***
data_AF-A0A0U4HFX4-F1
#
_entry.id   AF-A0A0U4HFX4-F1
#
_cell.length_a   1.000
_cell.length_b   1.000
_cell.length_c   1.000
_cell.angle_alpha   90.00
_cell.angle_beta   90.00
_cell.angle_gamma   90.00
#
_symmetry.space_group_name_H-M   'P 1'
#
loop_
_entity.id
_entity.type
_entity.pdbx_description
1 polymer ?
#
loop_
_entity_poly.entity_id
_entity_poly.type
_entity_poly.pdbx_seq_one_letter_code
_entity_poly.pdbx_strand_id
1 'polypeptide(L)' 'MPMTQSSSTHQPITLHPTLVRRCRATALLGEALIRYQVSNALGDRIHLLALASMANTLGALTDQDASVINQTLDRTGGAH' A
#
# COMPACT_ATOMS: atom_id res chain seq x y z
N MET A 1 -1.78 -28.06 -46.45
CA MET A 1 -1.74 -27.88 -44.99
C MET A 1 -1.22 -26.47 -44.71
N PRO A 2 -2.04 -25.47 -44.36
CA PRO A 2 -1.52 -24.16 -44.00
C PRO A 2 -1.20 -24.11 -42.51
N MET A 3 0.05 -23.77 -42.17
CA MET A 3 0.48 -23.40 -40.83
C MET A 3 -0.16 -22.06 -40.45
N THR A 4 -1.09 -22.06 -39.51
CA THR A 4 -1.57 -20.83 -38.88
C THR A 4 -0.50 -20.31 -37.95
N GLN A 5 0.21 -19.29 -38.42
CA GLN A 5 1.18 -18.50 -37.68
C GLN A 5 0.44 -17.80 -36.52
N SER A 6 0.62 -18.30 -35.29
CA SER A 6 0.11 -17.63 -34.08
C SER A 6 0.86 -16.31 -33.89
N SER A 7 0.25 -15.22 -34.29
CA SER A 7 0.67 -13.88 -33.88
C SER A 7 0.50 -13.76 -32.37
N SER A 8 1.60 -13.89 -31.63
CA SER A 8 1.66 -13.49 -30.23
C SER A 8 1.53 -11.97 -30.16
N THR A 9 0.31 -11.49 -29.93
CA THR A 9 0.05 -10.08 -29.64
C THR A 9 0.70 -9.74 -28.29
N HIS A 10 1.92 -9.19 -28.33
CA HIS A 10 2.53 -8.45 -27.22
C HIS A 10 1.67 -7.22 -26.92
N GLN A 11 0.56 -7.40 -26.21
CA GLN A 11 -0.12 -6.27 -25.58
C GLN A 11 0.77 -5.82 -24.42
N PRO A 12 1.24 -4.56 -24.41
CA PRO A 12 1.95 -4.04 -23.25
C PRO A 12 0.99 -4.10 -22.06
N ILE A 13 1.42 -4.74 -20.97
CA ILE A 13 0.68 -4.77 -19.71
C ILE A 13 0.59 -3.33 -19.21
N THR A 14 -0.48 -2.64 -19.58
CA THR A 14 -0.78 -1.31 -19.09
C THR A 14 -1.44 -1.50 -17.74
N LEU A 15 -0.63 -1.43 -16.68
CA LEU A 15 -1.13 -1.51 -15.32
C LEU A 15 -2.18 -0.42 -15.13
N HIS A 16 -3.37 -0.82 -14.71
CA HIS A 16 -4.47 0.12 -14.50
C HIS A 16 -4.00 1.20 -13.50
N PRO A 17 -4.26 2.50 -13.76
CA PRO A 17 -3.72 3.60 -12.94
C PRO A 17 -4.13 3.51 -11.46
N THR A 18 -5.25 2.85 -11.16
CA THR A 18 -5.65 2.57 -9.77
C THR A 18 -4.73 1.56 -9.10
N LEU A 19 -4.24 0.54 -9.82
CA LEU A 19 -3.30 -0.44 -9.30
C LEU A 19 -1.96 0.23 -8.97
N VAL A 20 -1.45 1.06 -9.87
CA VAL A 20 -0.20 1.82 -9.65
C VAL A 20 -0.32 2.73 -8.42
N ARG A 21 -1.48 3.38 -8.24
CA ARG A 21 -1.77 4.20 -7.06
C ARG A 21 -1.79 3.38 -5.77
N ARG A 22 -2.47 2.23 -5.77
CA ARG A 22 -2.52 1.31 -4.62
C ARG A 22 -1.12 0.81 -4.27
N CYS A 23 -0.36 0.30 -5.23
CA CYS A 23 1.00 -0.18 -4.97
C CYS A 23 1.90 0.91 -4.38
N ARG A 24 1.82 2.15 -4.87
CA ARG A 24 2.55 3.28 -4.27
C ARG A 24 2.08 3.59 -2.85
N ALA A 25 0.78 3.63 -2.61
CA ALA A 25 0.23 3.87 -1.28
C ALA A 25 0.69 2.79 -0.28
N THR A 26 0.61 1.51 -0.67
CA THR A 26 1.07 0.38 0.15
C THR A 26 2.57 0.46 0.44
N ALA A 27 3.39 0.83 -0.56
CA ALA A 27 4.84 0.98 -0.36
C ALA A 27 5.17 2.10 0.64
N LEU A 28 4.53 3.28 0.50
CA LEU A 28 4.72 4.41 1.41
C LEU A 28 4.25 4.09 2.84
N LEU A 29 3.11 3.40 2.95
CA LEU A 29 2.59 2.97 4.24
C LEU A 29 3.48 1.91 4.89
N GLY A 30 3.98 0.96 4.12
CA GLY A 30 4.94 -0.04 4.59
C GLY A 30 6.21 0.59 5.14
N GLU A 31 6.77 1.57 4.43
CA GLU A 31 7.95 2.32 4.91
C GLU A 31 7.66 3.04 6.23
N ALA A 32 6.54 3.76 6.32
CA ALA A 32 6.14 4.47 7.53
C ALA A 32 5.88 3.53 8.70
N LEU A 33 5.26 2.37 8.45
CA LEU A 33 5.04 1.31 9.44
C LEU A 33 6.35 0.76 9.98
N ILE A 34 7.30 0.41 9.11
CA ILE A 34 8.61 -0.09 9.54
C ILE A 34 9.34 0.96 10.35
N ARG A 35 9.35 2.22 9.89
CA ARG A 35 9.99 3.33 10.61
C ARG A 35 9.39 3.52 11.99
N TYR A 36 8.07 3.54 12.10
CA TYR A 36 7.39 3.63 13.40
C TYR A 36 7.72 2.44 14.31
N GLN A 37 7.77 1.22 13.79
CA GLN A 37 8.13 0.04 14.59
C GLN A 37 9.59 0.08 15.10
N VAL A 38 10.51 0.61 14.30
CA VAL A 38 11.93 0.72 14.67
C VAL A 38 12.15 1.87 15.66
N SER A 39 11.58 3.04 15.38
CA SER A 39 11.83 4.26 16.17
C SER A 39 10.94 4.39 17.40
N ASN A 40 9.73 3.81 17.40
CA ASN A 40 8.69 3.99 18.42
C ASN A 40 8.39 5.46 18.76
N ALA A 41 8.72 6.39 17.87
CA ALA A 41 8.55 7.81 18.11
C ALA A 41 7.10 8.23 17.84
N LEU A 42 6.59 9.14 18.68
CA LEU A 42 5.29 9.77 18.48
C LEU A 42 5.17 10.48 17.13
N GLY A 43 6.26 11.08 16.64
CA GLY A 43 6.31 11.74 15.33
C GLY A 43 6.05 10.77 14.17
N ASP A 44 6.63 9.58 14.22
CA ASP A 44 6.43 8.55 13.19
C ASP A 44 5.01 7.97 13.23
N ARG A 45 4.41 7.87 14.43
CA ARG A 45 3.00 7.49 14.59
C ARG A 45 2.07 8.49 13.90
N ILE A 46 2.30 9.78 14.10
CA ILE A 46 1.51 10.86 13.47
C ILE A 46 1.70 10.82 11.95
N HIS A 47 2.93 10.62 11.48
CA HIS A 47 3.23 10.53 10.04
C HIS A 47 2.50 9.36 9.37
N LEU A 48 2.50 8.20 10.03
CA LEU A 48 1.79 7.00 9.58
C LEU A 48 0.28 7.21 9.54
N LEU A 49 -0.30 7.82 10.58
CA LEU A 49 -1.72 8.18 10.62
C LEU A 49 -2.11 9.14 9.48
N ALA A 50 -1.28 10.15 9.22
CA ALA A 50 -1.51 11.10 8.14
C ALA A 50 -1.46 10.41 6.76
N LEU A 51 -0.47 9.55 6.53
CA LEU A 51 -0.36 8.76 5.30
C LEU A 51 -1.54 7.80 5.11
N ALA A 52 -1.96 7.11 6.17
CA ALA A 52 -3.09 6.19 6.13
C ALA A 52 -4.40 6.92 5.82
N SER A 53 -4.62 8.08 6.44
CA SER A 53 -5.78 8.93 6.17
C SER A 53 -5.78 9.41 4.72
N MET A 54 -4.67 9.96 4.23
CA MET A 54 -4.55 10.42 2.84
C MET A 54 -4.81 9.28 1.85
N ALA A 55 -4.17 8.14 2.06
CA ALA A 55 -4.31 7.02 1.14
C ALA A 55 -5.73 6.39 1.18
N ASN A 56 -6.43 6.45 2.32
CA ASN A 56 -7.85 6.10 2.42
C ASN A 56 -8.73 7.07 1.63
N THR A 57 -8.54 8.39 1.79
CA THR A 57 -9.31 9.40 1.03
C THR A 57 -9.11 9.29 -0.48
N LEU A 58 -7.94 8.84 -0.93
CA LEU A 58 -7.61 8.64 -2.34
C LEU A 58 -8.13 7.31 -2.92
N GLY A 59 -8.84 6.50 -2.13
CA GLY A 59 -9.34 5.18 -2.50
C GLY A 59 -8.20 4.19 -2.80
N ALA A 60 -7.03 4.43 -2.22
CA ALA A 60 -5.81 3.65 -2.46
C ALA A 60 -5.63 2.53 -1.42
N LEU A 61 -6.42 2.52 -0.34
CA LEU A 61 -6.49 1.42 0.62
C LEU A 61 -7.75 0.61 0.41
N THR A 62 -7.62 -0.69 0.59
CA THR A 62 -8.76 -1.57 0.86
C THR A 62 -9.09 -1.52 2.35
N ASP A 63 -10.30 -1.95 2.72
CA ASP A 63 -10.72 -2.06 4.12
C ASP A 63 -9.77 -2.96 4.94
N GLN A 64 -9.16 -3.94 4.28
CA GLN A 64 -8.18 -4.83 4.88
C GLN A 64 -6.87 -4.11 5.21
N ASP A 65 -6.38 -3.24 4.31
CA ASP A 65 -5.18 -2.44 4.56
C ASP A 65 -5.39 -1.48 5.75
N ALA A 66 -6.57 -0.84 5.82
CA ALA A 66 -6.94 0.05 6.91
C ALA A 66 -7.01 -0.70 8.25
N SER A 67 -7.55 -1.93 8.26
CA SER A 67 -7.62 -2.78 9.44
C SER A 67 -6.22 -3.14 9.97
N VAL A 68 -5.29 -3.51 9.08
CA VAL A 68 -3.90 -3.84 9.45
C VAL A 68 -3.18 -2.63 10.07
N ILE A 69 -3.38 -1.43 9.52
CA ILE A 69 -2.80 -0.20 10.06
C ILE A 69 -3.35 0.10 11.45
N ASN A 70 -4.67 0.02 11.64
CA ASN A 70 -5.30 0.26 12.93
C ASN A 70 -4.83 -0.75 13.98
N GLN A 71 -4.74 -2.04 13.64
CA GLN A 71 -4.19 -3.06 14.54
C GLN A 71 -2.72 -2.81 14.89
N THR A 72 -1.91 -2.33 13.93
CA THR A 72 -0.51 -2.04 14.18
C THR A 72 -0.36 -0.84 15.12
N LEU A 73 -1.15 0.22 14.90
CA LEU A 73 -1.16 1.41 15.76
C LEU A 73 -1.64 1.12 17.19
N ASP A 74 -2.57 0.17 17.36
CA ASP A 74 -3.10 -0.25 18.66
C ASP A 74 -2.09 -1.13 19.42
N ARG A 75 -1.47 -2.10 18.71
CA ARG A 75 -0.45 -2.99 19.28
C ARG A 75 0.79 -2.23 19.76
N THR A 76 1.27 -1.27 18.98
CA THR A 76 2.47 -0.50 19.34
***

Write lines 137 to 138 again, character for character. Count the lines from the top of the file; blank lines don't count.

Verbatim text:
CA GLN A 37 8.13 0.04 14.59
C GLN A 37 9.59 0.08 15.10